But the Bill is so jammed with legislative limpet mines that a fair reaction would be to chop your emergency supply of Xanax into several thick yet snortable lines, and spend a day with a straw lodged in your nose. The whole deal with the BMA – which is to say: the establishment of a stand-alone, “revenue neutral” state-run corporation backed by all of the guns – is so entirely creepy that the problems just seem to create themselves.

For instance, what is the country’s policy with regard to asylum seekers? Following 2015’s outbreak of xenophobic violence, we were bequeathed the unloved, draconian Operation Fiela, an intra-departmental effort to “clean up” criminal activity in the country – in effect, a dragnet intended to corral foreign nationals and dump them in various detention centres until deportation.

Listening to Fiela pitches from the likes of Pravin Gordhan, at the time Minister of Co-operative Governance and Traditional Affairs, and Nathi Nhleko, Minister of Police, it was clear that there exists in this country no visionary policy regarding folks seeking sanctuary within our borders. Processing times for asylum claims are notoriously backlogged – some people have waited for 14 years for a document that should by law take 180 days to be churned through the bureaucratic meat grinder. (Which is not to say that the relevant papers provide refugees with any protection). This has led to incidences of enormous cruelty, to say nothing of actual human rights abuses. As a response to this nightmare, the BMA appears to be treating total incoherence with… total incoherence, a homeopathic approach that is even dumber when applied to migration policy than it is to, say, menstrual cramps.

There is, of course, the Refugee Amendment Bill of 2016 to lean on – a piece of legislation that was designed with the country’s xenophobia in mind. Sadly, it often exhibits the exact same species of xenophobia it was meant to combat. “Our feeling is that the government is sending a message that if you’re a refugee, don’t come to South Africa,” said Manson Gwanyanya, a migration policy researcher at the Legal Resources Centre. Indeed, the Bill would “…require any category of asylum seeker to report to any particular or designated Refugee Reception Office, or other place specially designated as such, when lodging an application for asylum…. ”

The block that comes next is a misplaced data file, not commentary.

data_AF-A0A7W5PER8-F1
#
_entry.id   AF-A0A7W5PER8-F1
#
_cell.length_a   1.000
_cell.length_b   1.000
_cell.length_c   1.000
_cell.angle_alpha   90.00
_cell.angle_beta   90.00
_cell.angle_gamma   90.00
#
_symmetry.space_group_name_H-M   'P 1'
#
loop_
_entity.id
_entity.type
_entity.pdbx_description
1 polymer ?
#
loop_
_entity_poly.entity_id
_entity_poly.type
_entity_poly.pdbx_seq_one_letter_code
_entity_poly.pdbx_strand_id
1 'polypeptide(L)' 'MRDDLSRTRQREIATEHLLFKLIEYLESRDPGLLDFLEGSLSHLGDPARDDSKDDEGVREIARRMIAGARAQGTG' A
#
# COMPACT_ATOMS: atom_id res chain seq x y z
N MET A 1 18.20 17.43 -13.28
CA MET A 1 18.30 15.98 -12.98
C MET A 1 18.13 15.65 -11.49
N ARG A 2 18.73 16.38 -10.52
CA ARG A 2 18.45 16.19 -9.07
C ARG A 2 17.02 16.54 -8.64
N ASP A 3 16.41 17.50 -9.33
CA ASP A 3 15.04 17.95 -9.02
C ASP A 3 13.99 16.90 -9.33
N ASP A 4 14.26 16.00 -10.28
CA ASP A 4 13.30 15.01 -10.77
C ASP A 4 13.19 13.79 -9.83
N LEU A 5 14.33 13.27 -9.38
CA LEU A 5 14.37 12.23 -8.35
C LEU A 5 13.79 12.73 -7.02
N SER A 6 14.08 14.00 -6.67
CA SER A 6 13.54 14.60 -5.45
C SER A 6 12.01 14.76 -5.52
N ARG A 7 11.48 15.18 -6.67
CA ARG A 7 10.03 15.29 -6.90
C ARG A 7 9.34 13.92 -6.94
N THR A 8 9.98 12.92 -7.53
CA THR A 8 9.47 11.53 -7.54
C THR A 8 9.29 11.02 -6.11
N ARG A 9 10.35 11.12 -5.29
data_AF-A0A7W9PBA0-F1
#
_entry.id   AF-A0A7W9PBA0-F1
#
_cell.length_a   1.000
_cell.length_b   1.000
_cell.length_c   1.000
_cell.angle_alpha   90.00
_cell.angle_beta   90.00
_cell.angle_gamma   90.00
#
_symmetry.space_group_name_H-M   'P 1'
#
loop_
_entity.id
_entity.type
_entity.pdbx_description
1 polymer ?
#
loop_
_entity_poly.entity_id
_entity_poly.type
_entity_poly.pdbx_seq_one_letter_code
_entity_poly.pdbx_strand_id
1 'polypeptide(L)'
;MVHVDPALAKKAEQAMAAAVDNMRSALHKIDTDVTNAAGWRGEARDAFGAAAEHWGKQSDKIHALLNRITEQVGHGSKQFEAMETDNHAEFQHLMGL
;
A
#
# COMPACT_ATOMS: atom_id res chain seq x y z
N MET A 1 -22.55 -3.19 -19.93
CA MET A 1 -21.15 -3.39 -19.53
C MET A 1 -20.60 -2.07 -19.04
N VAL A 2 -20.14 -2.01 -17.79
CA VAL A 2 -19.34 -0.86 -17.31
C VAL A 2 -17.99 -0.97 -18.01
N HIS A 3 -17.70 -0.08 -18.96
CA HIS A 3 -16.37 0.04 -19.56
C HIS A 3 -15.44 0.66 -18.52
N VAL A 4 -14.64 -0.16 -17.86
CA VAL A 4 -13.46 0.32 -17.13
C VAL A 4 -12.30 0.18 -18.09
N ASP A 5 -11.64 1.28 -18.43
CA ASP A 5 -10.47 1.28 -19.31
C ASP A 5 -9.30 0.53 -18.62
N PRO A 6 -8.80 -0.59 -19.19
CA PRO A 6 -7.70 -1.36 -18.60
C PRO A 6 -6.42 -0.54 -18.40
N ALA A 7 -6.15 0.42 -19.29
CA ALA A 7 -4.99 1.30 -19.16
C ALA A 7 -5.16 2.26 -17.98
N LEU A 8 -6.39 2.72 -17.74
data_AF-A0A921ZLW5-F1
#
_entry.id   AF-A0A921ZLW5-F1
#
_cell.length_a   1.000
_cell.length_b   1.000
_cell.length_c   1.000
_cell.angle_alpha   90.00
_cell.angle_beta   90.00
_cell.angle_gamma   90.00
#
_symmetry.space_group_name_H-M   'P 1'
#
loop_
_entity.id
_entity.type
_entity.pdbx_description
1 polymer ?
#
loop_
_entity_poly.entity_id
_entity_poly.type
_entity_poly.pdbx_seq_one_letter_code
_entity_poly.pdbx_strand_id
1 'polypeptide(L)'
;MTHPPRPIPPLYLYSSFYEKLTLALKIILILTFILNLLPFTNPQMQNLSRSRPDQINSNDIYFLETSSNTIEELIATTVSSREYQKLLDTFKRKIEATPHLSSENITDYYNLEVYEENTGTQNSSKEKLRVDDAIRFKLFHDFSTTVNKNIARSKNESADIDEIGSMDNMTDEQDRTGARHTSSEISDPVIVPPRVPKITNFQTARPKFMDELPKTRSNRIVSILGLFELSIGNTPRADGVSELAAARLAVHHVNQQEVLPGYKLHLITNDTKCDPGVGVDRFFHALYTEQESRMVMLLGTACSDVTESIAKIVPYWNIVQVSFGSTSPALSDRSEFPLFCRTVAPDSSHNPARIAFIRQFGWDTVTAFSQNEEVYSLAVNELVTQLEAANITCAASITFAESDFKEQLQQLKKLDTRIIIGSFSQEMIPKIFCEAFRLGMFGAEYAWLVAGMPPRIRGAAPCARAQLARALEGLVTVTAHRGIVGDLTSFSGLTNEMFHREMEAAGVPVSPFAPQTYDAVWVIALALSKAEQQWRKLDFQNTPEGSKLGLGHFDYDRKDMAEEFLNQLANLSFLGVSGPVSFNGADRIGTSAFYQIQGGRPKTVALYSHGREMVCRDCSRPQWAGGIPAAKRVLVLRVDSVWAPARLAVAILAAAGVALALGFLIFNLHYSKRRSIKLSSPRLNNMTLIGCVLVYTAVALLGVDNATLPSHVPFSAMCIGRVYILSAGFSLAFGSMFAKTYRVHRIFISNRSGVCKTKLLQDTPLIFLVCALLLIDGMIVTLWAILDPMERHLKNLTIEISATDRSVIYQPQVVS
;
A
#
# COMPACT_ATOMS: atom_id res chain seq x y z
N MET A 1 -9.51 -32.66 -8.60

That keeps us roughly in line with best practices around the world. But the BMA would make the clause manifest by promising “infrastructure” in order to “process” asylum seekers. But what sort of infrastructure? Are we talking Australia-style internment camps – enormous Club Dead suicide pens in which the Earth’s most vulnerable people are left to rot under the sun? Or something a little more humane?

There is nothing in the Department of Home Affairs record to suggest that the latter is even a possibility.

Critics, including Kathryn L. Hoeflich, former CEO of the Cape Town Refugee Centre, have noted that the resources allocated to detaining asylum seekers will require immense munificence from an otherwise tightfisted Treasury. The feasibility studies will cost R64-million, the detainment centres (how many? where?) will amount to R800-million, and operating them will demand a further R1.68-billion (for a seven-year period). That’s an insane R2.67-billion in order to effectively criminalise the asylum process.

Who is going to pay for this? Well, you are, of course. According to Tshwete, “It comes down to budget reallocation. The main issue is what we take from which budget. Whether its SAPS, SANDF, Agriculture – and where there’s contention is obviously Customs.”